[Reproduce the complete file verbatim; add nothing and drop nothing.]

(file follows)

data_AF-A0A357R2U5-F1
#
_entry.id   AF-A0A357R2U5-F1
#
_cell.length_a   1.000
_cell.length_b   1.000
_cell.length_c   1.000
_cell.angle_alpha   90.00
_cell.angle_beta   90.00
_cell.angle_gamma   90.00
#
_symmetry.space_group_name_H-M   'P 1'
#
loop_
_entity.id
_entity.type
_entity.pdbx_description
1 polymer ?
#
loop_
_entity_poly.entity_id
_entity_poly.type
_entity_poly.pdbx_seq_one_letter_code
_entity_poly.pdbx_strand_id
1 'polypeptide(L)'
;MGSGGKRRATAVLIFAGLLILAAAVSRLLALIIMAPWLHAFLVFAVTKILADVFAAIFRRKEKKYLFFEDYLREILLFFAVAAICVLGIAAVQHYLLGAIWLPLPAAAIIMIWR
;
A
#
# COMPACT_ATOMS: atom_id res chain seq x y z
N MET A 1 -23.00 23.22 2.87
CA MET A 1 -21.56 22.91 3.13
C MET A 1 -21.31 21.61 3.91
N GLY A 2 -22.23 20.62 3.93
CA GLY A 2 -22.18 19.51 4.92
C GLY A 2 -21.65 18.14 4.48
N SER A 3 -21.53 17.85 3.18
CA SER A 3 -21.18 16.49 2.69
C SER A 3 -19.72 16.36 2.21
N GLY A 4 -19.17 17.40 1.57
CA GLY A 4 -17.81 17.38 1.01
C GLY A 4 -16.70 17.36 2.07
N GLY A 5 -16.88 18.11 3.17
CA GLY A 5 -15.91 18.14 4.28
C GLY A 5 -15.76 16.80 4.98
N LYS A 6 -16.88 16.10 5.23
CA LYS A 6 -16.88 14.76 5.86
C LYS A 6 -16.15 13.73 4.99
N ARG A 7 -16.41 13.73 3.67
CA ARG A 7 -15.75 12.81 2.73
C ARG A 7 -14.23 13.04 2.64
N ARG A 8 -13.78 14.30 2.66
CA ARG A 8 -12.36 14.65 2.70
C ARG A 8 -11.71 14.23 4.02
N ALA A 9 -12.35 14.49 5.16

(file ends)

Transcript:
data_AF-A0A357R2U5-F1
#
_entry.id   AF-A0A357R2U5-F1
#
_cell.length_a   1.000
_cell.length_b   1.000
_cell.length_c   1.000
_cell.angle_alpha   90.00
_cell.angle_beta   90.00
_cell.angle_gamma   90.00
#
_symmetry.space_group_name_H-M   'P 1'
#
loop_
_entity.id
_entity.type
_entity.pdbx_description
1 polymer ?
#
loop_
_entity_poly.entity_id
_entity_poly.type
_entity_poly.pdbx_seq_one_letter_code
_entity_poly.pdbx_strand_id
1 'polypeptide(L)'
;MGSGGKRRATAVLIFAGLLILAAAVSRLLALIIMAPWLHAFLVFAVTKILADVFAAIFRRKEKKYLFFEDYLREILLFFAVAAICVLGIAAVQHYLLGAIWLPLPAAAIIMIWR
;
A
#
# COMPACT_ATOMS: atom_id res chain seq x y z
N MET A 1 -23.00 23.22 2.87
CA MET A 1 -21.56 22.91 3.13
C MET A 1 -21.31 21.61 3.91
N GLY A 2 -22.23 20.62 3.93
CA GLY A 2 -22.18 19.51 4.92
C GLY A 2 -21.65 18.14 4.48
N SER A 3 -21.53 17.85 3.18
CA SER A 3 -21.18 16.49 2.69
C SER A 3 -19.72 16.36 2.21
N GLY A 4 -19.17 17.40 1.57
CA GLY A 4 -17.81 17.38 1.01
C GLY A 4 -16.70 17.36 2.07
N GLY A 5 -16.88 18.11 3.17
CA GLY A 5 -15.91 18.14 4.28
C GLY A 5 -15.76 16.80 4.98
N LYS A 6 -16.88 16.10 5.23
CA LYS A 6 -16.88 14.76 5.86
C LYS A 6 -16.15 13.73 4.99
N ARG A 7 -16.41 13.73 3.67
CA ARG A 7 -15.75 12.81 2.73
C ARG A 7 -14.23 13.04 2.64
N ARG A 8 -13.78 14.30 2.66
CA ARG A 8 -12.36 14.65 2.70
C ARG A 8 -11.71 14.23 4.02
N ALA A 9 -12.35 14.49 5.16